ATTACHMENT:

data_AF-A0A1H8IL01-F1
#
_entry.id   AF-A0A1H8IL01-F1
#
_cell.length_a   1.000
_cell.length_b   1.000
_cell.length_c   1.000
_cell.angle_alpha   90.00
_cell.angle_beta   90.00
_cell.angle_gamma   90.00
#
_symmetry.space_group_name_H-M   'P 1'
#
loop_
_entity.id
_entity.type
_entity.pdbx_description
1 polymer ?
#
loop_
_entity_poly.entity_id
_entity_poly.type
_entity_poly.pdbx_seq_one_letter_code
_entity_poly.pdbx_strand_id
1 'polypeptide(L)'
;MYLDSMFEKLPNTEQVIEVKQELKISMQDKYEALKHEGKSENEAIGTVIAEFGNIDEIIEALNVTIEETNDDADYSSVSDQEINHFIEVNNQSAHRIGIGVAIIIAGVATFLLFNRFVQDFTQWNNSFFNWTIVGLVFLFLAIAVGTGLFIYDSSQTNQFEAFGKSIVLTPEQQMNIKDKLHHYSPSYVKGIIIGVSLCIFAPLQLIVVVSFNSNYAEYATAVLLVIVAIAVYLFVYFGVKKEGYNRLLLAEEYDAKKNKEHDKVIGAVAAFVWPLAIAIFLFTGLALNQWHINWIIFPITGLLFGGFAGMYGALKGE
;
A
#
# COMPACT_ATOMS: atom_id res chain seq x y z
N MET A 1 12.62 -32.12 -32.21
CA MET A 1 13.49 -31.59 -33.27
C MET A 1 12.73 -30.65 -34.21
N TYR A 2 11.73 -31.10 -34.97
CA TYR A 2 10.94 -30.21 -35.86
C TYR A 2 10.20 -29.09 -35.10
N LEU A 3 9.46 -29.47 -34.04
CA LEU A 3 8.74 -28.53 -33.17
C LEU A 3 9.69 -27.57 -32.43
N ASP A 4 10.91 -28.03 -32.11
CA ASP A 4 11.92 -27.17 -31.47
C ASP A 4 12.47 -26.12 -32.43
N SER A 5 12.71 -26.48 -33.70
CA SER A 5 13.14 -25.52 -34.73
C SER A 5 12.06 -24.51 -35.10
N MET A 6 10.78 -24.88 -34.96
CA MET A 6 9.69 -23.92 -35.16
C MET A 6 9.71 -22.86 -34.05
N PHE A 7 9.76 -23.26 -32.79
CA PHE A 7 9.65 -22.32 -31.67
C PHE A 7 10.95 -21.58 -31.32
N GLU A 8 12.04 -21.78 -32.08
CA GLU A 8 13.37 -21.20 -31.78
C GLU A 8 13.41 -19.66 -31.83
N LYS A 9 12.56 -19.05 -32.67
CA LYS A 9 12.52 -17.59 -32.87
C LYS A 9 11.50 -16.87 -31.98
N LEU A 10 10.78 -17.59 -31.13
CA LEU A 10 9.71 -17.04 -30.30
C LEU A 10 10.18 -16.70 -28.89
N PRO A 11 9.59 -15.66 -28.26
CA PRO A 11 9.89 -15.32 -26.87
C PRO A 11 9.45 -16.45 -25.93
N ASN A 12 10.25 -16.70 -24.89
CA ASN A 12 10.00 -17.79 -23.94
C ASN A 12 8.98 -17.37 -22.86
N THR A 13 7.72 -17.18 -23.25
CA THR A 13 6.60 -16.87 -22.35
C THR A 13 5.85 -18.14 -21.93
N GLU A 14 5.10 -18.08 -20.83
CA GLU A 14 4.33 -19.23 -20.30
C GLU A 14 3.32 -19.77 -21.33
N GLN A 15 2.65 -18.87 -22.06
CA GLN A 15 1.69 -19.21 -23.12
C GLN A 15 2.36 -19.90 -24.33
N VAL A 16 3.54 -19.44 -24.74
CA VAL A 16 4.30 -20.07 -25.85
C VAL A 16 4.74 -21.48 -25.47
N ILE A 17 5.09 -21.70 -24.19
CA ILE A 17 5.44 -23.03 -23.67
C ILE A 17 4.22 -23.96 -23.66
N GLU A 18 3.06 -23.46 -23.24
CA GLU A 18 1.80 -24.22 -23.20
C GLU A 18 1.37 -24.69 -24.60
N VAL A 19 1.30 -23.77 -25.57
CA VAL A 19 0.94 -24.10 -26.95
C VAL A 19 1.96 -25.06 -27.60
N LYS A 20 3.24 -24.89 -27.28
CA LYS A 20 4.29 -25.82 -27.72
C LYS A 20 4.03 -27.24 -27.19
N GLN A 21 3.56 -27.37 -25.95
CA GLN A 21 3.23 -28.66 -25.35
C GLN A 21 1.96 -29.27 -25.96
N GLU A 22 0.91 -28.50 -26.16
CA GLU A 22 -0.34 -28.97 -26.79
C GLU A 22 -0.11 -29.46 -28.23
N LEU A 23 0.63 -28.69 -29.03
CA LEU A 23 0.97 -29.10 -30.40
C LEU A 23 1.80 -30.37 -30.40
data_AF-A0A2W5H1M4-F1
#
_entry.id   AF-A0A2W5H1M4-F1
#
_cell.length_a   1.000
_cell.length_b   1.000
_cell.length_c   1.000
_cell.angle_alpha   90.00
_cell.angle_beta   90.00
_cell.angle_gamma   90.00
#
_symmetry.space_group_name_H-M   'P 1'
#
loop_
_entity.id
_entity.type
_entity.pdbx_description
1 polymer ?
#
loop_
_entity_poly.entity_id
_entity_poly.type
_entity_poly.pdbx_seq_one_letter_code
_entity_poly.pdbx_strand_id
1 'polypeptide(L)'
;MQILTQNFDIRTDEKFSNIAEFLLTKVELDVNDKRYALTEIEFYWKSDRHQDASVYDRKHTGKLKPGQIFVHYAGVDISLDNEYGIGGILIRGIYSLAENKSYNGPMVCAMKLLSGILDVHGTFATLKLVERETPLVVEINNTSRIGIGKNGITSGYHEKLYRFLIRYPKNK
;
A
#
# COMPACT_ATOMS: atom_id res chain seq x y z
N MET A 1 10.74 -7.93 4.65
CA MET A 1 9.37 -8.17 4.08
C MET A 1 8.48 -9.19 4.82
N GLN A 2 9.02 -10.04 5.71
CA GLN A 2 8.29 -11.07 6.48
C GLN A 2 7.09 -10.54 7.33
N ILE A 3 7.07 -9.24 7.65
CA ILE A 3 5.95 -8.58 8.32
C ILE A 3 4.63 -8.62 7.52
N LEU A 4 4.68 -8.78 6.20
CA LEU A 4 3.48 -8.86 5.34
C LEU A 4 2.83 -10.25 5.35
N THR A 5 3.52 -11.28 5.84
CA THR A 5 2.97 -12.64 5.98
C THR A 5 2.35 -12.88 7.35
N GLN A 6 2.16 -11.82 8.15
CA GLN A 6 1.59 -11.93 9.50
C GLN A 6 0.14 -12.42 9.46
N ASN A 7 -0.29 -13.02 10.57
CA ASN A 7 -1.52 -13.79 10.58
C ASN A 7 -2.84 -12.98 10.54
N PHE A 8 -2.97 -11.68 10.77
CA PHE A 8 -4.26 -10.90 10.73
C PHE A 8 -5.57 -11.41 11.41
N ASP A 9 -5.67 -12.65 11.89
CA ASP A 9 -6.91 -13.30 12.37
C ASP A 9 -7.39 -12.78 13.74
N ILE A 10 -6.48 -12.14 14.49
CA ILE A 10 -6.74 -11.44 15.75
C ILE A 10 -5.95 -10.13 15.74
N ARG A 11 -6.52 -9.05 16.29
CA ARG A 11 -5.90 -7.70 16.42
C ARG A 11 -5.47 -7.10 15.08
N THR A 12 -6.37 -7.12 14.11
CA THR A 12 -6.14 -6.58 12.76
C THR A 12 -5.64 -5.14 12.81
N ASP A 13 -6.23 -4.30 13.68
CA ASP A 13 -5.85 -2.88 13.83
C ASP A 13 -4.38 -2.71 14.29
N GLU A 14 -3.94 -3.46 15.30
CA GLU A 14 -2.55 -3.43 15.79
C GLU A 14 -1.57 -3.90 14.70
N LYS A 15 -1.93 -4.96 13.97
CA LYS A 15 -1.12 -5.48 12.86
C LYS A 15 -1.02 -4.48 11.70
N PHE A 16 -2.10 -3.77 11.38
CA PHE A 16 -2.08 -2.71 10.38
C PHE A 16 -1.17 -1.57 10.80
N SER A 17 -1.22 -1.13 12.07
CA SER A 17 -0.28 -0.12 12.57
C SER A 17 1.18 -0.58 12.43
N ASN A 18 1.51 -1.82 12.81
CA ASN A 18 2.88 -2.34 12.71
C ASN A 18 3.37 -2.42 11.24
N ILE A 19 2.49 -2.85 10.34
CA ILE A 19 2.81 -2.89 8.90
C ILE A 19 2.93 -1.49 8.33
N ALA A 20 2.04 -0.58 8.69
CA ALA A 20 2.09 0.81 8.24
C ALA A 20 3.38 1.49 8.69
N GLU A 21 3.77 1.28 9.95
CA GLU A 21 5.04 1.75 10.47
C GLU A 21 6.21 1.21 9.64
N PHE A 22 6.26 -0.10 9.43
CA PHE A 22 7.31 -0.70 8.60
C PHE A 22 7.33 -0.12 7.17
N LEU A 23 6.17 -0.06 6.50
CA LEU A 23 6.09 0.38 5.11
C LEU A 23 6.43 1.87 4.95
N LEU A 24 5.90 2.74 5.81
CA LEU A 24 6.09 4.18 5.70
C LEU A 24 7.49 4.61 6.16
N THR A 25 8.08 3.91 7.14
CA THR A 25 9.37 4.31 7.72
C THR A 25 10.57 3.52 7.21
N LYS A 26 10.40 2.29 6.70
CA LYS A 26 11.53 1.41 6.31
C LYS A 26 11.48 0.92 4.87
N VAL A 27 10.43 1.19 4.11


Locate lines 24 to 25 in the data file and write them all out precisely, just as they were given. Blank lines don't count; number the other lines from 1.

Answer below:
_entity_poly.pdbx_strand_id
1 'polypeptide(L)'